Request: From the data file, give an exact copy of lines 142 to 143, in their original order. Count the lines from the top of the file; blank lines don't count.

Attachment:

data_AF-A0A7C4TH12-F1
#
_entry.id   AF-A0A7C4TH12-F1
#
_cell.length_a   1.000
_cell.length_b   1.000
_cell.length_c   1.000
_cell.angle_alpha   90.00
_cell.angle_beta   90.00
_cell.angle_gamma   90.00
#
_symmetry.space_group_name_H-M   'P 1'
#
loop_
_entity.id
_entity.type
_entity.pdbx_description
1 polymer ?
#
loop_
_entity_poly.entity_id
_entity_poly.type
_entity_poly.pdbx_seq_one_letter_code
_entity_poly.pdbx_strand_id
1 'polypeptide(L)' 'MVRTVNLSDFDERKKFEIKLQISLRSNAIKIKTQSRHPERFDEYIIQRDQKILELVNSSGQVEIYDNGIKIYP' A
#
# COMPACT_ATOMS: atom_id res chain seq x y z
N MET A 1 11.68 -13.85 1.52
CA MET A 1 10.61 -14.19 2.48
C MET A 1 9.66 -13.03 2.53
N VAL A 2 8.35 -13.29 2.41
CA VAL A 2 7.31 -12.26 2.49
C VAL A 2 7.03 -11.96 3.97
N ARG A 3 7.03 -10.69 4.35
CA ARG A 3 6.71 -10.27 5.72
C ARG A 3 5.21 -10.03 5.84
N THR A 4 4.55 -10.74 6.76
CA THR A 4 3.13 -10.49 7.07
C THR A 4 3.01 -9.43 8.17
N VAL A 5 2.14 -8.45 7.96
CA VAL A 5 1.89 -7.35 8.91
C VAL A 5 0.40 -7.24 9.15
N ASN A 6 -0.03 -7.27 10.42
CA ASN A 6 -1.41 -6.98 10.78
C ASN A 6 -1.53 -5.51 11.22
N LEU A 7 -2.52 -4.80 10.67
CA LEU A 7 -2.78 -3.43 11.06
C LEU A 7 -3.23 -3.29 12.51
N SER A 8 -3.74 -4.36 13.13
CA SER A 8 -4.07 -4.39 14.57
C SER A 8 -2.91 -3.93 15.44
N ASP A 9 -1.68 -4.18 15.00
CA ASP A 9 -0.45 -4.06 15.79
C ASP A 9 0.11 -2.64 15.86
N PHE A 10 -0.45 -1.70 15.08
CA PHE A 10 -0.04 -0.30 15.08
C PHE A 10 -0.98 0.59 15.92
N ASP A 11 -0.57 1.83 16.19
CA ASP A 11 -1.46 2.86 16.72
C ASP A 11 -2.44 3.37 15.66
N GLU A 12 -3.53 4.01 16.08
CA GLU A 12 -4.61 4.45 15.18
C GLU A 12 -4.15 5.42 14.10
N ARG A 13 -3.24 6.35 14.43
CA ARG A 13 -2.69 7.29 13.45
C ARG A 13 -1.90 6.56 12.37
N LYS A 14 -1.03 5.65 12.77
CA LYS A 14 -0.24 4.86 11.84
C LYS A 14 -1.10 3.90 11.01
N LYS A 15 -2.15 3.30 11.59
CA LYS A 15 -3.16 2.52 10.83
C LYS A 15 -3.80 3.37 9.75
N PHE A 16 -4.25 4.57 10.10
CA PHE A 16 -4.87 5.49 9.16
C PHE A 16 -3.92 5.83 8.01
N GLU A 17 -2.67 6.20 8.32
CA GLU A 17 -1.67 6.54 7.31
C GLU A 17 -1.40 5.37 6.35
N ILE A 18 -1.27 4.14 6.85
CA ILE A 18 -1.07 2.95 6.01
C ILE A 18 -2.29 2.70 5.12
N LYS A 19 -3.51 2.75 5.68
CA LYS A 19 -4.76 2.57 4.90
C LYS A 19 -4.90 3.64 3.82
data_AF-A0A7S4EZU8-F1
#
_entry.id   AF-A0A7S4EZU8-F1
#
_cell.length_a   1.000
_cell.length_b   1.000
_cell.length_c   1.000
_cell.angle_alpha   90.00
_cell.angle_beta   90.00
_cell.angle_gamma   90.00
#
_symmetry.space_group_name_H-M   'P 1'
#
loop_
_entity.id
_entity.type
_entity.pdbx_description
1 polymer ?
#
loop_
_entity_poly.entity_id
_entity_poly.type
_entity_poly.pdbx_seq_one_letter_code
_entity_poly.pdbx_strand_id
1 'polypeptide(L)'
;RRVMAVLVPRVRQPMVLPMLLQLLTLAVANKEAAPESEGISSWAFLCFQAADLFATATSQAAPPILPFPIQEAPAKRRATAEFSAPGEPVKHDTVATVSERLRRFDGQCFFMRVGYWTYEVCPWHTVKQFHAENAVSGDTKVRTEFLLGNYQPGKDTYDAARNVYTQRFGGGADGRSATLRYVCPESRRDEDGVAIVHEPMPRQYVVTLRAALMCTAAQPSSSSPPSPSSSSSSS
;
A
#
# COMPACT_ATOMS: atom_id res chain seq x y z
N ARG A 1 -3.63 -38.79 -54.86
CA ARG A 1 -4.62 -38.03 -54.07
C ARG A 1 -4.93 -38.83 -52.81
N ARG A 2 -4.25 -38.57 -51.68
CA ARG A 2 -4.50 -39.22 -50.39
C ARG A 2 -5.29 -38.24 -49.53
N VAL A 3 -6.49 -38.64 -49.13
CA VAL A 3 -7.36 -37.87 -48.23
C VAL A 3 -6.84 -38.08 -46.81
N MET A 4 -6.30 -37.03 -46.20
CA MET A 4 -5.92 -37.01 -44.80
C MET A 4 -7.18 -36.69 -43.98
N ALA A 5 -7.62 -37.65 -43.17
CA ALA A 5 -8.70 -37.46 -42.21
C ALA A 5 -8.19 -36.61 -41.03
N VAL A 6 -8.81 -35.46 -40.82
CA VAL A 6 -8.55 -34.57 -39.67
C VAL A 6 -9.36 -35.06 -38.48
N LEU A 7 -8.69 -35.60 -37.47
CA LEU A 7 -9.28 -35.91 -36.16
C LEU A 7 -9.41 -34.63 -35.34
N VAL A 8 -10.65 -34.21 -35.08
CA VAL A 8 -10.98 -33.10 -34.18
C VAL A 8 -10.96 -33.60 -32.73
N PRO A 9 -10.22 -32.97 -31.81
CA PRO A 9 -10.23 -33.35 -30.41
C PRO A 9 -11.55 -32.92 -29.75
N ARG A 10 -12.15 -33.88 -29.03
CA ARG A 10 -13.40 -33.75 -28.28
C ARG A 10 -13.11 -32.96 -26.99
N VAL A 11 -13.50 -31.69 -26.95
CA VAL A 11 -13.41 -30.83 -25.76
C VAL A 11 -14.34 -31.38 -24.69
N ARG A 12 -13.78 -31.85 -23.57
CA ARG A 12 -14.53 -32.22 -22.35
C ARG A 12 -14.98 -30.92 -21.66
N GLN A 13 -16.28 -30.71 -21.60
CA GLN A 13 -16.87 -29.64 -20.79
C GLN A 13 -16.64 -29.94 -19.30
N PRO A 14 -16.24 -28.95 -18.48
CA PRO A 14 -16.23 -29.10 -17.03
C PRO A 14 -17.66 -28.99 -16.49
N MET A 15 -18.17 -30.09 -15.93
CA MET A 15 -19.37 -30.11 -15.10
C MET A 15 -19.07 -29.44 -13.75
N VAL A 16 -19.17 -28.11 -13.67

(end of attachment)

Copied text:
N ARG A 10 -12.15 -33.88 -29.03
CA ARG A 10 -13.40 -33.75 -28.28